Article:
Being a school governor(14 Posts)
The DC's school is struggling to appoint a parent governor and I am wondering about putting my name forward. The school have set out what is involved but I'd be interested to hear from anyone with governor experience how onerous it is. I don't work and the DC are aged 7, 5 and 2 so we are committed to the school for sometime. Any advice?
I'm a parent governor.
We have full governing body meetings once a term, and subcommittee meetings (i'm on 2, we have 4) around once a term too, sometimes more if there are things that need agreeing. Our meetings are a mix of evening and daytimes. Each meeting will have a bunch of documents send round a week or so in advance (so I see the school accounts, for example, value statements, budgets; others see extensive documentation on pupil progress, learning etc).
There is a lot of paperwork and terminology to get your head around, and a fair amount of training that its a good idea to attend - I've done 3 sessions this year so far (all mornings). I do find it very interesting and engaging, but I know one of my predecessors found it all too much to combine with working. You need to be able to separate being a governor from being a parent as well; you aren't there to represent the parent's views, (you are a representative parent, not the parent's representative if you see what I mean!) and you must never discuss governor business with other parents.
Our school were looking for business and education related skills, and we do a skills assessment each year to make sure the FGB covers everything we need.
Same as Patricia but we also have link governors who have to monitor progress in specific areas (maths, English, early years, school trips, KS1, ks2, safeguarding, etc). So as key link governor for Maths, I visit some classrooms to see lessons, sample books, marking, discuss progress with head of maths, and produce a report twice or three times a year. That's on top of the full governing body meetings and subcommittee meetings and training. It is a commitment but it's worth it. Challenging also, and you have to be very discreet and never discuss issues outside the Governing body as most of the information is highly confidential.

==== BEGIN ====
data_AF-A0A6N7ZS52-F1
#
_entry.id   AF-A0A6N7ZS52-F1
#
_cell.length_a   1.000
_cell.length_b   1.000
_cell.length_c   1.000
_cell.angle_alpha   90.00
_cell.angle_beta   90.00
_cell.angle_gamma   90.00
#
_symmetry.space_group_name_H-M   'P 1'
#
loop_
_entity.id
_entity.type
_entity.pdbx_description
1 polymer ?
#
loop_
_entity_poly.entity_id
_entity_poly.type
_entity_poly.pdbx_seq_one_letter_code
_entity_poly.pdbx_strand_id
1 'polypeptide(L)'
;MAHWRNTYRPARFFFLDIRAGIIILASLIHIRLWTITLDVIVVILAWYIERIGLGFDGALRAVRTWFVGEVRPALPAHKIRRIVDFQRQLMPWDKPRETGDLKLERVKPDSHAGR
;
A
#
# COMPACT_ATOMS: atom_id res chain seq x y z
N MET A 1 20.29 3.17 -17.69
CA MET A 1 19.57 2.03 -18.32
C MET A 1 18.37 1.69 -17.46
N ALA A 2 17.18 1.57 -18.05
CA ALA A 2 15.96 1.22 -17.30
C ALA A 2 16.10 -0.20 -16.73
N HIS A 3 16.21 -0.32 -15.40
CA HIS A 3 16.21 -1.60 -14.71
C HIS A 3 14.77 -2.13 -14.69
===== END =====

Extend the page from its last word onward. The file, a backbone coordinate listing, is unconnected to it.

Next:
Some schools will cover childcare expenses for training. Worth asking.
I am a Governor. We have only two committees and the full governing body. We focus on strategic management but governors are expected to contribute to meetings with reports of visits they have made to the school to monitor the school development plan, subjects, pupil premium, SEND, Safeguarding etc. We treat meetings as "board" meetings where everything is sent out in advance and read in advance. Questions to the Head are submitted in advance. Our Headteacher's report to the Full Governing body was 39 pages long this term. Do be prepared to go into school, read lots, go on training (vital) and be good at data interrogation!
As a governor, you should not be considering the minutae of running the school and there are clearly defined roles for the Head and the governors. Lots of governors get too involved! I had a governor tell me at a training session that he wanted children to have software for writing because he thought writing with a pen would be obsolete soon. Not his problem! He does not design the national curriculum.
We have also done a lot of work on our self-evaluation. This includes looking at our priorities, developing a 5 year plan, looking at our strengths and weaknesses and getting ready for Ofsted!